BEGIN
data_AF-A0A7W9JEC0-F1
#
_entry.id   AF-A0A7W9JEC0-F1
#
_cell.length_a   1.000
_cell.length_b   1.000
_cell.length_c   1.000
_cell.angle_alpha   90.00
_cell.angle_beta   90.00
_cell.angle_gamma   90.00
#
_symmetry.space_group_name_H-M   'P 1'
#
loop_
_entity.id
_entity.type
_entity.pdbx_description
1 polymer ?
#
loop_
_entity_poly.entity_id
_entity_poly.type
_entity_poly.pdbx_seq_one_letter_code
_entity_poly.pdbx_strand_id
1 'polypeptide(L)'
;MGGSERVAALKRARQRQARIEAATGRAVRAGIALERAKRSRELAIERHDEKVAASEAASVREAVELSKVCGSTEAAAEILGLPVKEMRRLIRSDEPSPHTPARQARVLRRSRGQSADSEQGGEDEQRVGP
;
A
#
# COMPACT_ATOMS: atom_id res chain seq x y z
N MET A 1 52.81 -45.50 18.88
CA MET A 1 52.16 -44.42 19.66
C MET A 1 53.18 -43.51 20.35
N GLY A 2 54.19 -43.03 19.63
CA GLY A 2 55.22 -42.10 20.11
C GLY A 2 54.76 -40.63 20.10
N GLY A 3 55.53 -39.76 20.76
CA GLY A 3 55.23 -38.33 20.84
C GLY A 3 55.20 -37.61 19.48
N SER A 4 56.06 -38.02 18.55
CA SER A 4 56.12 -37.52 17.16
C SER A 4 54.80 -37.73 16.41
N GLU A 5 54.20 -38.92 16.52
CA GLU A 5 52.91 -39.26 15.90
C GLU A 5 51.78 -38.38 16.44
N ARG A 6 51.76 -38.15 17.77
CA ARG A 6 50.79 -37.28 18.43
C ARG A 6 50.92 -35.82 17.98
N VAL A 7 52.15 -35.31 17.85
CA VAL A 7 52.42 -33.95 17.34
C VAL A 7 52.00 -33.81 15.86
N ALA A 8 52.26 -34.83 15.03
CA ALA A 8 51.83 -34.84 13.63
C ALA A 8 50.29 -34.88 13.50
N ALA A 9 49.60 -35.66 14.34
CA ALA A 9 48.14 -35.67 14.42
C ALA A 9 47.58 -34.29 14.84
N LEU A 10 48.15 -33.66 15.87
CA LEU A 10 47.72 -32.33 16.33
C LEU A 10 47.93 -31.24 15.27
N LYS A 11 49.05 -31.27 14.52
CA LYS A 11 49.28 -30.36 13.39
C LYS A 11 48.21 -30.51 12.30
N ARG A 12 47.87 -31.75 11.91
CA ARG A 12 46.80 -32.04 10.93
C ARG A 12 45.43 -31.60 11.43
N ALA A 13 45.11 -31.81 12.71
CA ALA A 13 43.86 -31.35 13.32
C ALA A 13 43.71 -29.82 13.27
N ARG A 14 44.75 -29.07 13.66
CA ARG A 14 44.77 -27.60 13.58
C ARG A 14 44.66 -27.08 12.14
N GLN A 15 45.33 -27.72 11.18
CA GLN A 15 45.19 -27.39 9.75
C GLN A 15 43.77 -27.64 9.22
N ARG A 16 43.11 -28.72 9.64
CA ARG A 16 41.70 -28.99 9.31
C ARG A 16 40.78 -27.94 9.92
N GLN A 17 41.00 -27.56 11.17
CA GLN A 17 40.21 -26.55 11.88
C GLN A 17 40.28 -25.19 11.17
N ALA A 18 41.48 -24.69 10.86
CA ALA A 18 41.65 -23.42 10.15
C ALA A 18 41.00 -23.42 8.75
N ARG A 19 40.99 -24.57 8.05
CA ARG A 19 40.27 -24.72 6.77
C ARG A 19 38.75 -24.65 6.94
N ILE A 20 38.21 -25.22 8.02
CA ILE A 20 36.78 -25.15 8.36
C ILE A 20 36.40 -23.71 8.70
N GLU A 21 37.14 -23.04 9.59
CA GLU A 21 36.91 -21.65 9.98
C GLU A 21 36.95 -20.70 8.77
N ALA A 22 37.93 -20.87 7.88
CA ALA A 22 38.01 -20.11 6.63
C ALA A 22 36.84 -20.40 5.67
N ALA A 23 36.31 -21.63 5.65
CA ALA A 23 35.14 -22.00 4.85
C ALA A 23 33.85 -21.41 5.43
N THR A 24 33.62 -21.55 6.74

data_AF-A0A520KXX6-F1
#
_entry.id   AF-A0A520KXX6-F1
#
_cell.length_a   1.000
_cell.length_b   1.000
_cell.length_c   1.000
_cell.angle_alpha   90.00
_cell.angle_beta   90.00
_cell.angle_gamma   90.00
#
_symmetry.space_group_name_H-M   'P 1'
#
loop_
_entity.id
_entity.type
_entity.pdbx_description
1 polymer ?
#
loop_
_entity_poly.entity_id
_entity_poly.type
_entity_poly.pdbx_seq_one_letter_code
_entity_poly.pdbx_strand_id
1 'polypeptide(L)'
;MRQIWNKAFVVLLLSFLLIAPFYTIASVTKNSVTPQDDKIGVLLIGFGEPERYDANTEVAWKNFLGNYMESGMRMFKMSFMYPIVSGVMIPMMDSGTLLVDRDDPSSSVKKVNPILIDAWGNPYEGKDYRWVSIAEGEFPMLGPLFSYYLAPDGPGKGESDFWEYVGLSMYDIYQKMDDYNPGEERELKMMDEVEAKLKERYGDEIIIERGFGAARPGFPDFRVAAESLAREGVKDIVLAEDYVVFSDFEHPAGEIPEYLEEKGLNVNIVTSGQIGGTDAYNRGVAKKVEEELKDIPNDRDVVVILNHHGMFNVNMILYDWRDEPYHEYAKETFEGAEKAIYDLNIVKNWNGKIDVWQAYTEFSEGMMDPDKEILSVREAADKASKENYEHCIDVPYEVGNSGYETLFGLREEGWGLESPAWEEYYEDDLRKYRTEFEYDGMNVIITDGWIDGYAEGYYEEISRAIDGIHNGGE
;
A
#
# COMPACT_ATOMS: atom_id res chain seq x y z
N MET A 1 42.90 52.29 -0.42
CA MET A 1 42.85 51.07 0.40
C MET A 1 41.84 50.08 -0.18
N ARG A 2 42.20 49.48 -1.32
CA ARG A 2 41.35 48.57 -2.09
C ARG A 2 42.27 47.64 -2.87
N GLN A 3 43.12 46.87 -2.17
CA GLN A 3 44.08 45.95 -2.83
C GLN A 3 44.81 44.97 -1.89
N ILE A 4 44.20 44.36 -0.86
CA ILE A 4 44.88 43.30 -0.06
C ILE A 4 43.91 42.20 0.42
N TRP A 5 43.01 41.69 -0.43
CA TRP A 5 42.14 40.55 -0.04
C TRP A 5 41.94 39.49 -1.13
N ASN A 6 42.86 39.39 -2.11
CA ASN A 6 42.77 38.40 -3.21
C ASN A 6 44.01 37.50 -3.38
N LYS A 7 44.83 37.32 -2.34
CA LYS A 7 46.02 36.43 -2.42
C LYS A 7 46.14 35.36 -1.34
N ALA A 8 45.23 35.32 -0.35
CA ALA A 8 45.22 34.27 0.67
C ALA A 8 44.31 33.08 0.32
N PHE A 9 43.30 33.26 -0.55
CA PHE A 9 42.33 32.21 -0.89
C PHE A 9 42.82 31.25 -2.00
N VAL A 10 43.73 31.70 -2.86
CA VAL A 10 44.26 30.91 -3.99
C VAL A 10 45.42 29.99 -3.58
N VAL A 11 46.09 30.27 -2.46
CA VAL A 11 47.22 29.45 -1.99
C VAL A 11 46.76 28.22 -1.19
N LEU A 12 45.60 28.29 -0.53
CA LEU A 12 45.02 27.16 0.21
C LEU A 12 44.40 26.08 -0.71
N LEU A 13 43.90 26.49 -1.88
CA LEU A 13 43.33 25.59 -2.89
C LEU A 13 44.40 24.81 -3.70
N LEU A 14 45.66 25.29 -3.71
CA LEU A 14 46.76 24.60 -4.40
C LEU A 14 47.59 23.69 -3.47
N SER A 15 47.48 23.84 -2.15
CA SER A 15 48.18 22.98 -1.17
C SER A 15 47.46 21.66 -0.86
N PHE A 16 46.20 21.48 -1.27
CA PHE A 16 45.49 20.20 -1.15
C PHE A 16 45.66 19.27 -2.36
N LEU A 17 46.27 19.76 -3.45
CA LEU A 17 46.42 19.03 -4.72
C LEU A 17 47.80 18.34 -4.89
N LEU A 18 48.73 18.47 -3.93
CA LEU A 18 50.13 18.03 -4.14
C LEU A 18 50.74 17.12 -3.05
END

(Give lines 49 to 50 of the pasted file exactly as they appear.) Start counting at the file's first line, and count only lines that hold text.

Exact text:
N VAL A 7 52.15 -35.31 17.85
CA VAL A 7 52.42 -33.95 17.34